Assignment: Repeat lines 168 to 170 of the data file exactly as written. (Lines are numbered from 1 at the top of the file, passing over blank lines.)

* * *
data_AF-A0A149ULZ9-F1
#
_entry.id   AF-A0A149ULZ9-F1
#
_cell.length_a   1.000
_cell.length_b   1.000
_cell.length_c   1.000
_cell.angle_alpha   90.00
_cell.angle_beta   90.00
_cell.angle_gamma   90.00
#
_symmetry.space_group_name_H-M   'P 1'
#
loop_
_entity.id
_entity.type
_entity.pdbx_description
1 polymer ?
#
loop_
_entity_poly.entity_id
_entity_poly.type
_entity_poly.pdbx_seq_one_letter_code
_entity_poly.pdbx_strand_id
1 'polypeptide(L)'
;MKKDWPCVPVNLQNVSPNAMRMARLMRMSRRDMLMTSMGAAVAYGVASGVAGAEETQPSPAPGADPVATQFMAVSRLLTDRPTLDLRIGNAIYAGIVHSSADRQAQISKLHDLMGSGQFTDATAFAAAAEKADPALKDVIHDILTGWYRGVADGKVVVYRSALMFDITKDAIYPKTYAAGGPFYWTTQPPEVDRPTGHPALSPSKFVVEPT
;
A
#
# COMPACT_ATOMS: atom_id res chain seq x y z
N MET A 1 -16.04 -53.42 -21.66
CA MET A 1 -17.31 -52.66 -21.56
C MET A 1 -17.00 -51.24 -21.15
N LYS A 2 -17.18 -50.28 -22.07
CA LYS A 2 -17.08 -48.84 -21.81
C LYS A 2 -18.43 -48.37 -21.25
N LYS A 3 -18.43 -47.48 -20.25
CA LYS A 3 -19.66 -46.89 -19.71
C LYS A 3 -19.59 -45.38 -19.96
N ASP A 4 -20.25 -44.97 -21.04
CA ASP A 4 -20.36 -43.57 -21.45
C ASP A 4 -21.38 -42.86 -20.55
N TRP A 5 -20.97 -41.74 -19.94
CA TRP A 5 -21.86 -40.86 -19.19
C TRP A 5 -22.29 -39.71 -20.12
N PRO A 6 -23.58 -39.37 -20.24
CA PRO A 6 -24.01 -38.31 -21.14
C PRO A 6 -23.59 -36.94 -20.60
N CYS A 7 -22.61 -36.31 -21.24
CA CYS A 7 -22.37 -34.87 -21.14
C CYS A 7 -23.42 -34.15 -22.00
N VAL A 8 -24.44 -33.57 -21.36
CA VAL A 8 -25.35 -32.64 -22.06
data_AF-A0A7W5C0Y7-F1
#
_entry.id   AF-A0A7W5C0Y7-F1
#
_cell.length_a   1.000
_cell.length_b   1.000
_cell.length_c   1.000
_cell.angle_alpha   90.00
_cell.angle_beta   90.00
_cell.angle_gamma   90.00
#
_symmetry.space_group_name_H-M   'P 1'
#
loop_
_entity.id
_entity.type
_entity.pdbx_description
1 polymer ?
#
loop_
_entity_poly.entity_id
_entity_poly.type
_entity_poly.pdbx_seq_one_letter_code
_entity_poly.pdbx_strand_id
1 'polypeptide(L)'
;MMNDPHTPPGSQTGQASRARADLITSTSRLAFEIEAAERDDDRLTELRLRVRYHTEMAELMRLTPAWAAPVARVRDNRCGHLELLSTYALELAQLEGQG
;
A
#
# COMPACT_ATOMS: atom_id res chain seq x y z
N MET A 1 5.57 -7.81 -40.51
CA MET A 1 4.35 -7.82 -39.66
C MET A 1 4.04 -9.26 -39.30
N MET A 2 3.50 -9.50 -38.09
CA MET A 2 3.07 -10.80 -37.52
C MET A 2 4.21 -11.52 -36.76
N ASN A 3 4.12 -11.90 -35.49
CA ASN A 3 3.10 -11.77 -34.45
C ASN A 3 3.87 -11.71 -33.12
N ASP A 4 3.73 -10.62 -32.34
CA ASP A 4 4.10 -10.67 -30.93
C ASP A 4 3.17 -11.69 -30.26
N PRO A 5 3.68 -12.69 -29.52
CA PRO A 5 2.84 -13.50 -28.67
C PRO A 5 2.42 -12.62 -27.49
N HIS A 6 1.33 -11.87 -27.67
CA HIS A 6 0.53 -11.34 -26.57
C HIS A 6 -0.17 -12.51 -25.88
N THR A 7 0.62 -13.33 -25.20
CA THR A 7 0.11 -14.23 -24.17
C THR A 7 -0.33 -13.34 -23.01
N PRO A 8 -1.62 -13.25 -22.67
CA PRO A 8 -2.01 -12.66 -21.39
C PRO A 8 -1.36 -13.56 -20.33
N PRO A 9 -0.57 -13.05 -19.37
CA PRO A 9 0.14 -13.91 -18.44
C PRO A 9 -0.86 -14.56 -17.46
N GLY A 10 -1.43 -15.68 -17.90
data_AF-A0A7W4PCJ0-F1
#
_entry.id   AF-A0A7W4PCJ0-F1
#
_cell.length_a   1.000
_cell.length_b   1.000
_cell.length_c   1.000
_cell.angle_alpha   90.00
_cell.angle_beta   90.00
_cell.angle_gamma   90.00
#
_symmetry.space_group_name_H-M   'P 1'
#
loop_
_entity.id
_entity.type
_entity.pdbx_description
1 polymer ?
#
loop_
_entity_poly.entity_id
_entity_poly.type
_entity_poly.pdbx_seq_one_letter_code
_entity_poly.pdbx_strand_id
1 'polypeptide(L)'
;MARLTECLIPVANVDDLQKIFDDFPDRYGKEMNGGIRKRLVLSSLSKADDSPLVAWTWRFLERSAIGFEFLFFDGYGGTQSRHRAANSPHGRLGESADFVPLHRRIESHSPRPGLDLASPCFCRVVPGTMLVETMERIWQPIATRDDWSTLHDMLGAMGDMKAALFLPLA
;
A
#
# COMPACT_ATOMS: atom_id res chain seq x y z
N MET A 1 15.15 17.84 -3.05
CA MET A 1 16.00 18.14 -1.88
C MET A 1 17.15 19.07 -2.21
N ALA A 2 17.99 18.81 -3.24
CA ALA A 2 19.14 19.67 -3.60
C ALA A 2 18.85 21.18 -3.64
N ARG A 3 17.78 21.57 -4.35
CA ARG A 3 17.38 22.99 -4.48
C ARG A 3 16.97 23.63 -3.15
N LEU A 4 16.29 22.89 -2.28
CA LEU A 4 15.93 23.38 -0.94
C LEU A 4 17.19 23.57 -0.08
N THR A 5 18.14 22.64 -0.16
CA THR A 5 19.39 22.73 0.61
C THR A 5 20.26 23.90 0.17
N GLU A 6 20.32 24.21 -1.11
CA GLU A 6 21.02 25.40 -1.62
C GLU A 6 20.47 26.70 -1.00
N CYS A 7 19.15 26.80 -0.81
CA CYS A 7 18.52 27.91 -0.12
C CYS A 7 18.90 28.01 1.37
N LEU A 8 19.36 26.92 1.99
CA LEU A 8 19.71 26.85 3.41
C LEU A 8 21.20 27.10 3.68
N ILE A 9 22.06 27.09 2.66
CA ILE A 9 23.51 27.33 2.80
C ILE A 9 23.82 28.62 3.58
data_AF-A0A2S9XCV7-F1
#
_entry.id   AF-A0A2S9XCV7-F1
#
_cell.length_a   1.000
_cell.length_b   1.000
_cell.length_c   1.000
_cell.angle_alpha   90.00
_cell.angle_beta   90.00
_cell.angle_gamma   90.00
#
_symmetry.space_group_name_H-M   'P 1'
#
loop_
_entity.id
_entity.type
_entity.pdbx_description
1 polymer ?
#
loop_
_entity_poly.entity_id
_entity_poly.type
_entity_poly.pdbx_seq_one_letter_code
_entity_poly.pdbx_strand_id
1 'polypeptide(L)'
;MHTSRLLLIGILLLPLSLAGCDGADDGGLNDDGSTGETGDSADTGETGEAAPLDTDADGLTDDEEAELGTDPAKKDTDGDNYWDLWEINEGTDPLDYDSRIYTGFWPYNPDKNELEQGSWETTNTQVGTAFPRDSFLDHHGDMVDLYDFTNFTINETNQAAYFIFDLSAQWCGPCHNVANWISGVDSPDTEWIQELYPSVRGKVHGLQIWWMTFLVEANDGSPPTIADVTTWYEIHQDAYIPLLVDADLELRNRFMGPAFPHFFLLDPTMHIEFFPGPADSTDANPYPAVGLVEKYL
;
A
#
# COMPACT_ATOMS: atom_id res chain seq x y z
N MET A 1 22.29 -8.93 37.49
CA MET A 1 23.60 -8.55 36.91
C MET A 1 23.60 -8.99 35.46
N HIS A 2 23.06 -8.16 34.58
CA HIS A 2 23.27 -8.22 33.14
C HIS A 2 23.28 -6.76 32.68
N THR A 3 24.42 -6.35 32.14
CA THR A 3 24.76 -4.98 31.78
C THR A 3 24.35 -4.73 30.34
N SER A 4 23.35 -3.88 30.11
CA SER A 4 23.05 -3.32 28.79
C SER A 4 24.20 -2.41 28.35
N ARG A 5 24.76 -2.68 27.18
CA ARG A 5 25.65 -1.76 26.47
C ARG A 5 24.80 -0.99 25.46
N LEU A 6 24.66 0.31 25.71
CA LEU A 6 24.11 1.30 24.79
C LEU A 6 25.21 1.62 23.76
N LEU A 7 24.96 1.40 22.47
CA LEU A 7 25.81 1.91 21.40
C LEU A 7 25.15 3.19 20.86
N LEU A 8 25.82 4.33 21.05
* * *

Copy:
C ILE A 9 23.82 28.62 3.58
data_AF-A0A2S9XCV7-F1
#